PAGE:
Welcome back to The Farm Stand, your weekly guide to seasonal Southern produce. Us Southerners love our sweet ‘taters. In fact, we sometimes even imagine a world where they walk amongst us in cowboy boots and bikinis. From Gleason, Tennessee (Tater Town, USA) to Opelousas, Louisiana, the sweet potato is exulted with weekend festivals and even a “Yambilee.”
Sweet potatoes have come a long way from favored crop among French and Spanish Settlers and Great Depression staple to holiday tradition and restaurant menu feature. Whether they’re pocketed into ravioli or blanketed with mini marshmallows, there’s no wrong way to enjoy them.
Sweet Potato Points
- While there are specific varieties like Garnet and Jewel and the color of their flesh can vary from butter-colored to magenta, yam and sweet potato are interchangeable terms in the U.S.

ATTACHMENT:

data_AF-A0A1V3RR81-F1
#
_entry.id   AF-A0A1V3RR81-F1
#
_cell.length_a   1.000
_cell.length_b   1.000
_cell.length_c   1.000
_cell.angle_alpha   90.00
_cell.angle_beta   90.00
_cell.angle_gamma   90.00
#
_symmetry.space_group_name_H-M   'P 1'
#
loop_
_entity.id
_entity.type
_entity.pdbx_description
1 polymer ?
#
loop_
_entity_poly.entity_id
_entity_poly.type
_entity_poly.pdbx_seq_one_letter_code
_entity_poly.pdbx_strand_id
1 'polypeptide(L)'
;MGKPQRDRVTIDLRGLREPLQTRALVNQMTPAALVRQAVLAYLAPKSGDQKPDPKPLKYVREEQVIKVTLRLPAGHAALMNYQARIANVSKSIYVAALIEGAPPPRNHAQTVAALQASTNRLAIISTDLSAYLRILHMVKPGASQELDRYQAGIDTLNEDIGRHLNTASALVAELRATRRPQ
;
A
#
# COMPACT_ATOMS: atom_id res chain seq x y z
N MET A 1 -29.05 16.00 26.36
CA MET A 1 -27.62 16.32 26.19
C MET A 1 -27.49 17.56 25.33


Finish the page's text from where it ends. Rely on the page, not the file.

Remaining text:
- Sweet potatoes have over 4 times your daily value of Vitamin A and 37 percent of your Vitamin C intake, which makes drizzling melted butter over them a bit easier than it already is.
- Like many Southerners, sweet potatoes don’t like the cold. Keep them out of the fridge and place them in a ventilated basket or on the counter to preserve their taste and texture.
- Keeping sweet potatoes out of the fridge will also prevent their centers from becoming tough. If you are trying to slice a hard-core spud, place your weight on the front end of the knife at an angle and glide it towards yourself. Avoid chopping in a straight downward motion with your weight on the center of the knife if you would also like the avoid bodily harm.
What to Make